Quirks & Quarks

Digging up solutions for a looming global sand crisis

Sand is the most extracted resources on the planet — we mine 50 billion tonnes a year of it— more than even fossil fuels or metals. And that's leading to disappearing beaches, loss of habitat, and even sand mafias.

Sand is the world's most extracted resource, and that's a problem, say researchers

The sand that lines beaches, lakes and rivers can often seem like an infinite resource, but 50 billion tonnes of sand is extracted around the world every year, far faster than the sand can be renewed. Diggers load sand onto donkeys at a sand excavation site in northern Nigeria. (AMINU ABUBAKAR/AFP via Getty Images)

In the year 2020, we passed an alarming milestone — Earth is now covered in more man-made mass than natural biomass. Much of this material is built using sand, and researchers say we are facing a looming global sand crisis as a result. 

"Every year we are now extracting more than 50 billion tons of sand, gravel and crushed rock, for making the concrete for our houses, the asphalt of our roads," Aurora Torres told Quirks & Quarks host Bob McDonald. "And silica sand is also used for making the screens in our laptops, or even for the solar panels that are fundamental now for this transition to renewable energy. So it plays a very big role in our lives."

In 2017, Torres was part of an international group of scientists who published a paper in the journal Science shining a light on the overexploitation of sand. In that paper, they detailed how the world's voracious appetite for sand — expected to double by the year 2060 — was damaging the environment, and triggering social conflicts.

Now, the group has published a second paper, in the journal One Earth, looking at potential solutions to this crisis.

"As it happens with climate change, there is not just one action that we have to take, but many different actions on different levels," said Torres.

Sand mining is destroying beaches, hurting biodiversity

Torres is a postdoctoral researcher at Michigan State University and the Catholic University of Louvain in Belgium. She said that sand is considered to be a "common-pool" resource, meaning it is freely available and because of that, the industry is hard to monitor and regulate. 

Aerial view of a gravel, sand and stone quarry near Bogota, Colombia. (GUILLERMO LEGARIA/AFP via Getty Images)

A common refrain is that the world will run out of sand, but Torres doesn't feel that is where the troubles lie.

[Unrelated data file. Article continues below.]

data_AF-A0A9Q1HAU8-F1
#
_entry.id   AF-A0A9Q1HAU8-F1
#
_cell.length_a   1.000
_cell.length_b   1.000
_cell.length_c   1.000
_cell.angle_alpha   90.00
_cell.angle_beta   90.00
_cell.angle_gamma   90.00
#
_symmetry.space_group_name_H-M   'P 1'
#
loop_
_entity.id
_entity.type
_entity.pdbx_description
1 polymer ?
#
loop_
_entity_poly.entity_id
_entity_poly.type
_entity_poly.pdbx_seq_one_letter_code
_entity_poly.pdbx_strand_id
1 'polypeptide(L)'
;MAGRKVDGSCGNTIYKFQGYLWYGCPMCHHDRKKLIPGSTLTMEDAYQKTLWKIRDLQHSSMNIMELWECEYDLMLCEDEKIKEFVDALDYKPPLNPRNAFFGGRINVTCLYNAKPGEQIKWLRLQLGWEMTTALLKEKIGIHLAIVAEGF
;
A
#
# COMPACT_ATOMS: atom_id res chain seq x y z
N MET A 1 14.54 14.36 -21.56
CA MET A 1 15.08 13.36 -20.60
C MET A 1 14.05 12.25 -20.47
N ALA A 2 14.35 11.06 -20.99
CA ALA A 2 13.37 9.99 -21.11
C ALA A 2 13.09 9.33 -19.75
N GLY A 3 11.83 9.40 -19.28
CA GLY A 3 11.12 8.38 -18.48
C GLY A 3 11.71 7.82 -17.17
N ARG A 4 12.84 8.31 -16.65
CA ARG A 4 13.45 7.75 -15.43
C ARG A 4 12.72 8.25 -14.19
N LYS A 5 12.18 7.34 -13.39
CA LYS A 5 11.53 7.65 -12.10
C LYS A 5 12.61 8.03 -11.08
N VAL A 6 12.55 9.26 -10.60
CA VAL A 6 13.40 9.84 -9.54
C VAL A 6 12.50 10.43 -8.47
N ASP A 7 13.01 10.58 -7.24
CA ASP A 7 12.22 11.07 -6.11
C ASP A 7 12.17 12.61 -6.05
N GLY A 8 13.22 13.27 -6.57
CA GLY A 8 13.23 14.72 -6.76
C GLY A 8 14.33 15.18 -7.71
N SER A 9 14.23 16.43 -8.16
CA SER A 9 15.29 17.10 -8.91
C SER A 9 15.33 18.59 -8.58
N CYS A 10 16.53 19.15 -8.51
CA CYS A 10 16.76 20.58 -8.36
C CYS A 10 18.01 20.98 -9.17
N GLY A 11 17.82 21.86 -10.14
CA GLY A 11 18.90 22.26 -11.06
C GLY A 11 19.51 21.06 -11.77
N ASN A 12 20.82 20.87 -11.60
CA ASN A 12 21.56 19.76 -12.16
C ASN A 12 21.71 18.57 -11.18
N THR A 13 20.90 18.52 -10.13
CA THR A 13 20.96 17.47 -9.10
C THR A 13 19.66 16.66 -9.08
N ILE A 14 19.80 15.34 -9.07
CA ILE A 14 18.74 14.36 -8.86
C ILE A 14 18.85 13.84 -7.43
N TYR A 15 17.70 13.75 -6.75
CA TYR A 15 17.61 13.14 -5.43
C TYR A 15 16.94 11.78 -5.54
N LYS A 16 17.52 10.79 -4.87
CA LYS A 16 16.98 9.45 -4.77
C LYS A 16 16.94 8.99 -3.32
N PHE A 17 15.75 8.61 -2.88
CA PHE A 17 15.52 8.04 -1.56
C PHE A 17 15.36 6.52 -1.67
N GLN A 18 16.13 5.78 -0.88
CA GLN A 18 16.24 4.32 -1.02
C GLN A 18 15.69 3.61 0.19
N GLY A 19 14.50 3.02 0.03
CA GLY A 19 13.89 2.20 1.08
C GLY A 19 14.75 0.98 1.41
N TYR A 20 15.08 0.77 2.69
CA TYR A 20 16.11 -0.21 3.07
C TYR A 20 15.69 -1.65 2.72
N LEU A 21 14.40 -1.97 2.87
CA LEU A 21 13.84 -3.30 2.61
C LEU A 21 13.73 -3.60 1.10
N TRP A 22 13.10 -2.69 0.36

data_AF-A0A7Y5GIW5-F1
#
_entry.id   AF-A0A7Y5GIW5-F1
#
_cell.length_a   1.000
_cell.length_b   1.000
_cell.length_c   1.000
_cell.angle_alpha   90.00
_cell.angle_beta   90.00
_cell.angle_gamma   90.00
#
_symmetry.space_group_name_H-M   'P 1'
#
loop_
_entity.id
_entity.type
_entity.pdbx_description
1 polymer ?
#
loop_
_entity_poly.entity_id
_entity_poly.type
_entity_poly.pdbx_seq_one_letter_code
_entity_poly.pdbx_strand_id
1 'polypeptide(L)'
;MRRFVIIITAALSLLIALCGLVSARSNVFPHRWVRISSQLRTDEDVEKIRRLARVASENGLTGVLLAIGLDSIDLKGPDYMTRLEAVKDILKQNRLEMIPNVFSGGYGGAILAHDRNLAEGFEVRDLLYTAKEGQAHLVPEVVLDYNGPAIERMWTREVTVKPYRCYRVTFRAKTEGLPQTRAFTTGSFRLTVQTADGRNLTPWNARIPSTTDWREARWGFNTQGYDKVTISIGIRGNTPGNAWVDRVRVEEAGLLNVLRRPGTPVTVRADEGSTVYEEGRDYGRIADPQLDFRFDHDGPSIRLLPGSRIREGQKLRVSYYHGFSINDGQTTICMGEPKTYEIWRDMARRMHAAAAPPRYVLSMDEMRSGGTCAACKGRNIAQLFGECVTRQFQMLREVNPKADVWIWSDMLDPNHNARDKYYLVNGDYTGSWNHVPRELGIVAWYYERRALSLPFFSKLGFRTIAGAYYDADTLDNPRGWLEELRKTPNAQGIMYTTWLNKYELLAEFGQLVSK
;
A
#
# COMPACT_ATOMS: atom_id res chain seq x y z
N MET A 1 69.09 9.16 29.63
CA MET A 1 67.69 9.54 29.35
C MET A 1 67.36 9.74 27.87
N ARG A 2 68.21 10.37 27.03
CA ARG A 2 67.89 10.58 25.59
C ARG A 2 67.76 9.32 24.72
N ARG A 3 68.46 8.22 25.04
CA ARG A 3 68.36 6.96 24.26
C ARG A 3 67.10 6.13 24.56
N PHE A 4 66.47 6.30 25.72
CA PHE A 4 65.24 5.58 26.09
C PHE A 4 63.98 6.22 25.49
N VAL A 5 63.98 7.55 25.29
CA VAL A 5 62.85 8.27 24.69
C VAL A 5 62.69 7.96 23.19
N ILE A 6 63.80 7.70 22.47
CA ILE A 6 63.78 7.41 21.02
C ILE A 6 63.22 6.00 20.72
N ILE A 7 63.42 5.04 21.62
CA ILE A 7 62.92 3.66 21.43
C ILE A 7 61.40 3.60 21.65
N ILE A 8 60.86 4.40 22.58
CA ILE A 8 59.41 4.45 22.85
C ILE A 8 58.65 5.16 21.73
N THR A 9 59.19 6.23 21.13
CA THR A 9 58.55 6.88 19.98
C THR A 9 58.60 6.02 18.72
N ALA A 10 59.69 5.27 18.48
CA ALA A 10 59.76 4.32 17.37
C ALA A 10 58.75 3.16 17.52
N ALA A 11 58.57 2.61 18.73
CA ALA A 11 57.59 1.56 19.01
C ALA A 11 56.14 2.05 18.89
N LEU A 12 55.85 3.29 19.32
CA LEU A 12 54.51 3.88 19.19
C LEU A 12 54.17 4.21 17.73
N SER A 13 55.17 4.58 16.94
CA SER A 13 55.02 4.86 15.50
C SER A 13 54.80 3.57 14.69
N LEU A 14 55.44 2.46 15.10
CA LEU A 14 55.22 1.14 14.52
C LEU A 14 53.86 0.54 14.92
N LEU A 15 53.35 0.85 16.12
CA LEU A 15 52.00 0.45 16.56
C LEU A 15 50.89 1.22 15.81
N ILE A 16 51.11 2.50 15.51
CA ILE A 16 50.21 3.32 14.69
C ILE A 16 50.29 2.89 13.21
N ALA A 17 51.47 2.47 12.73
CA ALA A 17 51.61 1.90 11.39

"I'm personally not that much concerned about running out of sand, about not having a grain of sand in the world, because in geological terms, sand and gravel are abundant," she said.

However, she adds that there are local shortages, in areas where sand mines have been overexploited. As the global demand increases, beaches and entire islands have disappeared and riverbanks have collapsed.

Adding to the problem is that all sand is not made the same. The sand found in abundance in deserts around the world is actually unsuitable for use in construction aggregates because desert sand grains are too round to stick together well to make good concrete. The best sand is found underwater, like at the bottoms of lakes and rivers, as well as on beaches and riverbanks.

Every dawn along the beaches of Dakar, dozens of trucks gather to take sand illegally to support the booming construction industry. (SEYLLOU/AFP via Getty Images)

Because sand plays an important role in the ecosystem, any reduction in sand supply can have huge impacts for both animals and humans — from coastal erosion to habitat destruction to the spread of invasive species. 

"There are so many species that rely on the sand in dunes or in rivers. They are nesting habitats for turtles," said Torres. "At the same time, they are also providers of ecosystem services for people. They are critical for filtering groundwater, for protecting areas from flooding and also for food production."

Black market "sand mafias" have also popped up around the world to meet demand, illegally mining sand often in the dark of night, which may exploit communities and regions that are already vulnerable.

Reduce, reuse, recycle — and regulate the industry

In their recent paper, Torres and her colleagues looked at the entire global sand supply network and applied multiple branches of sustainability science to understand the issues for nature and humans.

An important first step, she said, is that the industry needs to do a better job managing sand resources, and regulating along the entire supply chain to allow for monitoring environmental and social impacts. 

Workers load sand into a truck at a sand pit along the Sunkoshi river near Kathmandu, Nepal. (Bibek Raj Shrestha)

She adds that it is also critical to reduce the amount of sand that we're using — either by making artificial sand using crushed rocks, by using our current buildings more intensively, or by recycling available materials after buildings are demolished.

"For example, extending the lifetime of buildings, or building for disassembly. So already thinking when the moment you are building something, on how you could in the future maximize the use of the components of that structure," she said.

She also points to other initiatives, such as a recent movement in New Zealand to turn beer bottles into sand.

Ultimately, Torres said that people need to curb their consumption of materials that use sand.

"The most influential material efficiency strategies are going to be the ones that are focused on social aspects," she said. 

"All the trends right now are towards increasing floor area per capita, increasing urban sprawl, that increases the material demand for [sand]. So this is something that we need to reverse if we really want to have an impact on the use of these resources."


Produced and written by Amanda Buckiewicz.

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